But I like to point out (as a bike rider) there are no potholes in Japan. Not on the road, not even on the sidewalk. This intricate, bustling city is unlike anywhere else in the world. Japan is not without problems, of course, and some are disconcerting by our standards. But the Japanese have a much better chance than we do of surviving into the next century as a coherent, prosperous country because they are conformist.

    Japan is one of the most homogeneous places on earth. ”Ethnic” Japanese make up 98.5 percent of the population. Therefore easy to view it as dull uniformity. However, Japan has as much variety—cultural, esthetic, culinary—as anyone could want…..

    To sum it up, I love what you wrote…invariably force me to view Japan in a different light. Definitely gonna look out for men bras from now!!

    • Hey Con,

      I’m glad you thought it was funny, cause it was meant to be! Bobak read it and said I sounded depressed. But I was just hoping to get a raise out of people.

      But seriously, all that being said, I do think Tokyo is an amazing place in so many ways. I point out the bad because I think its important to be honest and realistic. But that doesnt mean I appreciate the city and my time here any less. I wouldnt trade my past 12 months here for the world. I plan on writing about why I love Tokyo next. =)

      PS. Youre right! Tokyo has NO potholes which is AMAZING to me cause they are EVERYWHERE in NY and Philly. That’ll definitely go on my list.

  3. sinjin

    Cool article Eva.

  4. rapist consumer

    If one is “never ALONE” in Tokyo then why, pray tell, is Tokyo the loneliest city in the world?

    • I had a boyfriend who used to tell me he always felt loneliest at chaotic parties, surrounded by strangers. A bit dramatic, perhaps. But still, it gets the point across. People are loneliest when in a crowd. When the world around you seems to move along without you, its easy to feel as if you’re standing alone.

  5. Aaron Stella

    Not to be pretentious (well now I’m setting myself up), but I assume that the above comment contending Eva’s claim about the pervasive feeling in loneliness in Japan was a joke. Without getting to much into it, I think this question in return might answer “rapist consumer’s” question: how is it that you can be completely alone with no one else around and feel loved and warm, and then be in the middle of a club, and feel like the loneliest person in the world? Seems pretty naturally to feel that way to me. And just for the sake of concurrence with Eva, one of the dominant interpersonal struggles afflicting characters in many animes, Japanese films and theatrical productions is loneliness. My obsession for the aforesaid stands as my support for this claim. Feeling alone, and, conversely, finding the strength in yourself to love yourself despite the fact that you feel no one else does, is the Japanese equivalent to the American culture’s popular virtue of, say, non-conformity and standing up for oneself, or, I don’t know, rooting for the underdog; however, like loneliness in Japan, American still suffer pervasive issues all it’s own.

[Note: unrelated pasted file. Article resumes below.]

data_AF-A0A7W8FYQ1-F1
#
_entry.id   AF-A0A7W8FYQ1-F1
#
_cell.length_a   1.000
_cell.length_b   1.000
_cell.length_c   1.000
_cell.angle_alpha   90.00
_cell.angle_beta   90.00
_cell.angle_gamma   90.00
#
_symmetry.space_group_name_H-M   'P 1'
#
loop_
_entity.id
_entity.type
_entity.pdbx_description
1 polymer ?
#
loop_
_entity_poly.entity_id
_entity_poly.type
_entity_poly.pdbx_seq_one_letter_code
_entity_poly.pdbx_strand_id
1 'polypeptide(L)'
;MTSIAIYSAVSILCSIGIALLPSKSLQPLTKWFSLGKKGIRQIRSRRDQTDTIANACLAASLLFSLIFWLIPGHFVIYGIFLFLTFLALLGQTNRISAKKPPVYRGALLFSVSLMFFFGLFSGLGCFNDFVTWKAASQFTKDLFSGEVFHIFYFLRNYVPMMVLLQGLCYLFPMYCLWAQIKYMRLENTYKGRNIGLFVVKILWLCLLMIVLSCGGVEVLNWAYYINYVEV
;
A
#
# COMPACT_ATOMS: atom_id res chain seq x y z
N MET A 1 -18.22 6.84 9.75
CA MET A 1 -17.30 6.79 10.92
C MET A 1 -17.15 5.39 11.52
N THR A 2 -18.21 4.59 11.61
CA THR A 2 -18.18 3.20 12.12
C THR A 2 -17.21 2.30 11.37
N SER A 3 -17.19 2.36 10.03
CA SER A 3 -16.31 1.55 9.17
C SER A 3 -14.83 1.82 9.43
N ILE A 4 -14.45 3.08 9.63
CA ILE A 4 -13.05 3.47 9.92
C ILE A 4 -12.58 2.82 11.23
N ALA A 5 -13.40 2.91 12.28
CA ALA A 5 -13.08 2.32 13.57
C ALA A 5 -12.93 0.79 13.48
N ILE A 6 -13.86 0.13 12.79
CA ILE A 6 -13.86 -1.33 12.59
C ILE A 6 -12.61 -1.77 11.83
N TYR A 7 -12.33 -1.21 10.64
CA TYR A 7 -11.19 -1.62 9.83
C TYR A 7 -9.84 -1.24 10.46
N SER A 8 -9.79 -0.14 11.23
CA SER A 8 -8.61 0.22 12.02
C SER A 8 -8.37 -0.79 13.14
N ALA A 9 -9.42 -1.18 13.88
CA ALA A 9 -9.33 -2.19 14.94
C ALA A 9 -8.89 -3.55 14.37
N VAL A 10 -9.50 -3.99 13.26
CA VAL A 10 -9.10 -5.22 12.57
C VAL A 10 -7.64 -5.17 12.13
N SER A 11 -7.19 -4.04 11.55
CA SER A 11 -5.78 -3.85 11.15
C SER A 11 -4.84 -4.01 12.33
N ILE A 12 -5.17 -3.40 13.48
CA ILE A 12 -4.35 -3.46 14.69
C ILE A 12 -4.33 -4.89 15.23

I’ll have to return and comment more when I’m not so tired. 4:15 am here in Philly now.

  6. Lane Meyer

    What’s up Eva. I left Tokyo a few months ago but reading this really reminded me of complaints I’d had there, as well as things I’d missed. Cool blog, it reminds me of stuff people’d talk about over coffee that I can’t talk about over coffee because I’m in Colorado. Just wanted to say keep writing, it’s entertaining and healthy for everyone!

    • Hey Lane! Wow. Back in the states, huh? I cant begin to imagine what that must be like. I guess Ill have to blog about it when the time comes. hah. Anyway, thanks for reading. There are many more Tokyo related posts on the way.

  7. Pingback: Strangelove. How I Learned to Stop Worrying and Love Japan « The Things You Said

  8. Pingback: Why do so many people believe Tokyo is the best city in the world? - Quora

  9. Anonymous

    I agree with the majority of this article. I also ‘love’ a lot about this city. However, the conformity and constant strive for materialism is on a whole new level to anywhere else I have ventured.

  10. Heya i am for the first time here. I came across this board and I find It really useful & it helped me
    out much. I hope to give something back and aid others like you helped me.

  11. Anonymous

    I dislike Tokyo as well. I have been here for two years. I live in Shibuya. It is no New York or London. I will take the crime, people diversity, and spontaneity of New York and London any day over this. I can almost put up with women here, but Jesus the men, on average, are unbearable. Even worse are the expatriate apologists that remain.

    • Anonymous

      Funny how you say only the women are bearable when the Japanese women and men are the same, no difference, they both don’t express their feelings and keep apologizing and both act like robots. The women also try to put on a “kawaii” act all the time and talk in high pitched anime voices, and after being around that for awhile it can really get on your nerves.

  12. ur a racist piece of shit